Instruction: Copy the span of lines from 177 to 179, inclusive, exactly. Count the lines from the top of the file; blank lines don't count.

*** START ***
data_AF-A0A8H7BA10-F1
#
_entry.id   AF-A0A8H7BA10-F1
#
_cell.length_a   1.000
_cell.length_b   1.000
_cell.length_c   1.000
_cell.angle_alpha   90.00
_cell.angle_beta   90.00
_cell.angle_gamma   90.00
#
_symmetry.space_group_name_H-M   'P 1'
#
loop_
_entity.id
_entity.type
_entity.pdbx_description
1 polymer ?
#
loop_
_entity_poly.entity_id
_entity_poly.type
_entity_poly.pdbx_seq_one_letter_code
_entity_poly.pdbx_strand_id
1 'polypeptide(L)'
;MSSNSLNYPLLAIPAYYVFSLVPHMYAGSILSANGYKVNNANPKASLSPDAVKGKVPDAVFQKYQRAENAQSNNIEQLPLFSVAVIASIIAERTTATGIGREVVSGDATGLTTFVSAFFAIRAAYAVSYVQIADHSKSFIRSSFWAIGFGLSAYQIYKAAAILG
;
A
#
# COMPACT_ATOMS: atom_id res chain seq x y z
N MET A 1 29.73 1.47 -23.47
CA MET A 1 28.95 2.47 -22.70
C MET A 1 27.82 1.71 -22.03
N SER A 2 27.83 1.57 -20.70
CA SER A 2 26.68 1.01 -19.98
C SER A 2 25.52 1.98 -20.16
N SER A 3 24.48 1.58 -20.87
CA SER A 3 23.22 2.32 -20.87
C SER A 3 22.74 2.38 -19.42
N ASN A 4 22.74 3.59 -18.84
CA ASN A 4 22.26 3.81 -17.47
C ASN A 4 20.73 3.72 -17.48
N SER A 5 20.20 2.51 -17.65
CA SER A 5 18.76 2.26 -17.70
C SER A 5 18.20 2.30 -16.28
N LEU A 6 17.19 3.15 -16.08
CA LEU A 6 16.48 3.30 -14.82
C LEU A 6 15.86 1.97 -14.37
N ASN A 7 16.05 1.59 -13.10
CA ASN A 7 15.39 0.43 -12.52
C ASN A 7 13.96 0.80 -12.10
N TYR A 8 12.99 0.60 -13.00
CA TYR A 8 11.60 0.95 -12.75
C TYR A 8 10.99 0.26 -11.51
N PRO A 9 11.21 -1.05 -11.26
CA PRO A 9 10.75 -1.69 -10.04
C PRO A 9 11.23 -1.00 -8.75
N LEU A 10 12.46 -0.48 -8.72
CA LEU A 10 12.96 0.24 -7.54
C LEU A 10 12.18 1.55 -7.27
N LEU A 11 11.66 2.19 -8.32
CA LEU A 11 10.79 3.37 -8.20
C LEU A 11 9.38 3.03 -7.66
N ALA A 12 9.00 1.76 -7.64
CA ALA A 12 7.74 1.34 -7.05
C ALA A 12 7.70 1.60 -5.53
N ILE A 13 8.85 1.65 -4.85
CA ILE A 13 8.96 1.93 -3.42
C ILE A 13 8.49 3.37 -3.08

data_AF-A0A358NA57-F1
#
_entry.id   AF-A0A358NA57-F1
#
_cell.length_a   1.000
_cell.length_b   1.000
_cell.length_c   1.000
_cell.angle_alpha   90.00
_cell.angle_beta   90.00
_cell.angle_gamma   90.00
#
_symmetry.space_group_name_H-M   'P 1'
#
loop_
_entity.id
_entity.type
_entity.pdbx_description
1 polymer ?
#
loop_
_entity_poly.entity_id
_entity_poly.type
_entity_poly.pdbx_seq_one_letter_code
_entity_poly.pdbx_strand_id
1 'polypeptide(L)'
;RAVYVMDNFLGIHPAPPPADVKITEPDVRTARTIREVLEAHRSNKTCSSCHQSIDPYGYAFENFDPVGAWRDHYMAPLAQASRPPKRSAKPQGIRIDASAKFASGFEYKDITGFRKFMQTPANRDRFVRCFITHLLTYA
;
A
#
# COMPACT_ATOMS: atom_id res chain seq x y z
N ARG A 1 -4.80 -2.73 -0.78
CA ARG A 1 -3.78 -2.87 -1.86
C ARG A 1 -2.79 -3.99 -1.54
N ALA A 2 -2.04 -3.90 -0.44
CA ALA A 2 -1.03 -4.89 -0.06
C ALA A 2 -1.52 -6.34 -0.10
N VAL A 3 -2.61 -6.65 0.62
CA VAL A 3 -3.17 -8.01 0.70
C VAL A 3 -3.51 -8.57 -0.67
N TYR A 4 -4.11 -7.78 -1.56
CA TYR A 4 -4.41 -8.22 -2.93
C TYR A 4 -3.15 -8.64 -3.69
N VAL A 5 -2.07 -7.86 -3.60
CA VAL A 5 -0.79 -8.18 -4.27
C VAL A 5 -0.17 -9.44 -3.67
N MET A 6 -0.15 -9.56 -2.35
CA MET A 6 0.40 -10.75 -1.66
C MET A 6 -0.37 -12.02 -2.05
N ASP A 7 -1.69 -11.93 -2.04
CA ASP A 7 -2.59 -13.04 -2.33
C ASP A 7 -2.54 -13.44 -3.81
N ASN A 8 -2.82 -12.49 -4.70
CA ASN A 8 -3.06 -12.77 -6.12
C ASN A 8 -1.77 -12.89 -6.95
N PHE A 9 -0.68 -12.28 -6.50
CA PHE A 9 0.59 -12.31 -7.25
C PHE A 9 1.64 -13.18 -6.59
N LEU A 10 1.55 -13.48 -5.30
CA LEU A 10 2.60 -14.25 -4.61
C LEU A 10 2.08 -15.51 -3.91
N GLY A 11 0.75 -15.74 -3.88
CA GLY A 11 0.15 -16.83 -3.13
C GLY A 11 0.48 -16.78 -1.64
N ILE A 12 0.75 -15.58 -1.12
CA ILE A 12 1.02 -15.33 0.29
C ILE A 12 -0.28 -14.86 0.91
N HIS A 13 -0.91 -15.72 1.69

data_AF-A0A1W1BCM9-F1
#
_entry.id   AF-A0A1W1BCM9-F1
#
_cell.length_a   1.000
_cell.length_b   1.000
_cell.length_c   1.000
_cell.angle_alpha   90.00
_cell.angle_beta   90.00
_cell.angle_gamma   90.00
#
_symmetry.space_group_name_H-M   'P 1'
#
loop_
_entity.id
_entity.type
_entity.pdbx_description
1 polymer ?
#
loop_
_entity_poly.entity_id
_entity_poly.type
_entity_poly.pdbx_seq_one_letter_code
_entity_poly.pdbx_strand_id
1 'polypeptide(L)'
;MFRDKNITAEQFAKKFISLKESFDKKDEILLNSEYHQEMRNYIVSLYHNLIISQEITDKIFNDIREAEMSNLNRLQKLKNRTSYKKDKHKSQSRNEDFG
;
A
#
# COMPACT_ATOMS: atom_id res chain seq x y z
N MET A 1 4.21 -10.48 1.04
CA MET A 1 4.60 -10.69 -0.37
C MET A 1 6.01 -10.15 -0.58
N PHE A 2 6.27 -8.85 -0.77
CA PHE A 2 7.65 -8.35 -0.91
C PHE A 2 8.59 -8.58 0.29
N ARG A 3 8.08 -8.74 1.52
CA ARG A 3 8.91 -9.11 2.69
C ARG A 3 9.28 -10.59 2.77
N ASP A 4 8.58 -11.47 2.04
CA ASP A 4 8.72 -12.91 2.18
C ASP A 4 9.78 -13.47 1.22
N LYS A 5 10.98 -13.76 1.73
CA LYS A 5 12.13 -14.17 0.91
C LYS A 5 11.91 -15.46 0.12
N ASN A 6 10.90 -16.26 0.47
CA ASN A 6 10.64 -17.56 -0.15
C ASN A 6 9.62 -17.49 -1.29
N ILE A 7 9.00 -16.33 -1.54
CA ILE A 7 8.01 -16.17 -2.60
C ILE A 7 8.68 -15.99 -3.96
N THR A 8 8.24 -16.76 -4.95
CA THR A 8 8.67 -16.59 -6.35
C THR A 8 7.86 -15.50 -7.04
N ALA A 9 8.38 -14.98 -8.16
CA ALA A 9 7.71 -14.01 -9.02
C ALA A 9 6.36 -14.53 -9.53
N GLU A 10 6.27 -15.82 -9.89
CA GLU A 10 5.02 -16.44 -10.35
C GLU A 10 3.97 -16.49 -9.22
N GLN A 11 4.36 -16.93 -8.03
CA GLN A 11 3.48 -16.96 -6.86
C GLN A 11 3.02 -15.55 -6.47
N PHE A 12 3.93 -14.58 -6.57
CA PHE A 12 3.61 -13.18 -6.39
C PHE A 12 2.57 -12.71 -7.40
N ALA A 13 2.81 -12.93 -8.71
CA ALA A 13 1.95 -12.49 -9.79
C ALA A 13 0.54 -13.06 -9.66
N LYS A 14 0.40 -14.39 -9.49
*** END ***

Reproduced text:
CA ASP A 4 8.72 -12.91 2.18
C ASP A 4 9.78 -13.47 1.22
N LYS A 5 10.98 -13.76 1.73